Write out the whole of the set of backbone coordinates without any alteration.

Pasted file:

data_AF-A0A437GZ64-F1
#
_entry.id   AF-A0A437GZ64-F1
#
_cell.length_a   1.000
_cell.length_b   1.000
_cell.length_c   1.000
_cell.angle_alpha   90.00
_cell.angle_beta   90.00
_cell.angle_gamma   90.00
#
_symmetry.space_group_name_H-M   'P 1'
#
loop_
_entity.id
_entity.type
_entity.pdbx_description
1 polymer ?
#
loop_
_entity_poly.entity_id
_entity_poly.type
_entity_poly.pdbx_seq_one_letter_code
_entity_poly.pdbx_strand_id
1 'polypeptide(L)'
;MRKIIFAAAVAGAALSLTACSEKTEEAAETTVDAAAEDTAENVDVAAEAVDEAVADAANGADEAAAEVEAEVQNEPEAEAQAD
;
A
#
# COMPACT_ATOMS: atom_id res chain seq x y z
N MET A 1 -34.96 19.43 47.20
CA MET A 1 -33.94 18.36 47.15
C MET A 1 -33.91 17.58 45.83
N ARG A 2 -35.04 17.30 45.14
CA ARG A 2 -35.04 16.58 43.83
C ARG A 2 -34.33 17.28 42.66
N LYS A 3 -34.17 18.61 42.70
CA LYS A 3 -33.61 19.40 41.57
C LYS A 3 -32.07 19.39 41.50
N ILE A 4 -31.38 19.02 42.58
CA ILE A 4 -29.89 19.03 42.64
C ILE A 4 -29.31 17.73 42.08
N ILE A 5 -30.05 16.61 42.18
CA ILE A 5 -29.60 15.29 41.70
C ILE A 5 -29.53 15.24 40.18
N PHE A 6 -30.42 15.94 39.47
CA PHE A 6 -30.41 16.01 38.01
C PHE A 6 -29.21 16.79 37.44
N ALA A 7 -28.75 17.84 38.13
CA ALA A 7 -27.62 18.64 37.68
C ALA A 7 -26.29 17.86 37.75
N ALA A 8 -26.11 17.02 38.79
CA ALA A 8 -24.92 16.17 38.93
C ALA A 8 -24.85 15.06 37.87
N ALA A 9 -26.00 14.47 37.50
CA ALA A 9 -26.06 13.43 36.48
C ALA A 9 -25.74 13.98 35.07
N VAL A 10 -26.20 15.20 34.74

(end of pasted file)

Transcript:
data_AF-A0A437GZ64-F1
#
_entry.id   AF-A0A437GZ64-F1
#
_cell.length_a   1.000
_cell.length_b   1.000
_cell.length_c   1.000
_cell.angle_alpha   90.00
_cell.angle_beta   90.00
_cell.angle_gamma   90.00
#
_symmetry.space_group_name_H-M   'P 1'
#
loop_
_entity.id
_entity.type
_entity.pdbx_description
1 polymer ?
#
loop_
_entity_poly.entity_id
_entity_poly.type
_entity_poly.pdbx_seq_one_letter_code
_entity_poly.pdbx_strand_id
1 'polypeptide(L)'
;MRKIIFAAAVAGAALSLTACSEKTEEAAETTVDAAAEDTAENVDVAAEAVDEAVADAANGADEAAAEVEAEVQNEPEAEAQAD
;
A
#
# COMPACT_ATOMS: atom_id res chain seq x y z
N MET A 1 -34.96 19.43 47.20
CA MET A 1 -33.94 18.36 47.15
C MET A 1 -33.91 17.58 45.83
N ARG A 2 -35.04 17.30 45.14
CA ARG A 2 -35.04 16.58 43.83
C ARG A 2 -34.33 17.28 42.66
N LYS A 3 -34.17 18.61 42.70
CA LYS A 3 -33.61 19.40 41.57
C LYS A 3 -32.07 19.39 41.50
N ILE A 4 -31.38 19.02 42.58
CA ILE A 4 -29.89 19.03 42.64
C ILE A 4 -29.31 17.73 42.08
N ILE A 5 -30.05 16.61 42.18
CA ILE A 5 -29.60 15.29 41.70
C ILE A 5 -29.53 15.24 40.18
N PHE A 6 -30.42 15.94 39.47
CA PHE A 6 -30.41 16.01 38.01
C PHE A 6 -29.21 16.79 37.44
N ALA A 7 -28.75 17.84 38.13
CA ALA A 7 -27.62 18.64 37.68
C ALA A 7 -26.29 17.86 37.75
N ALA A 8 -26.11 17.02 38.79
CA ALA A 8 -24.92 16.17 38.93
C ALA A 8 -24.85 15.06 37.87
N ALA A 9 -26.00 14.47 37.50
CA ALA A 9 -26.06 13.43 36.48
C ALA A 9 -25.74 13.98 35.07
N VAL A 10 -26.20 15.20 34.74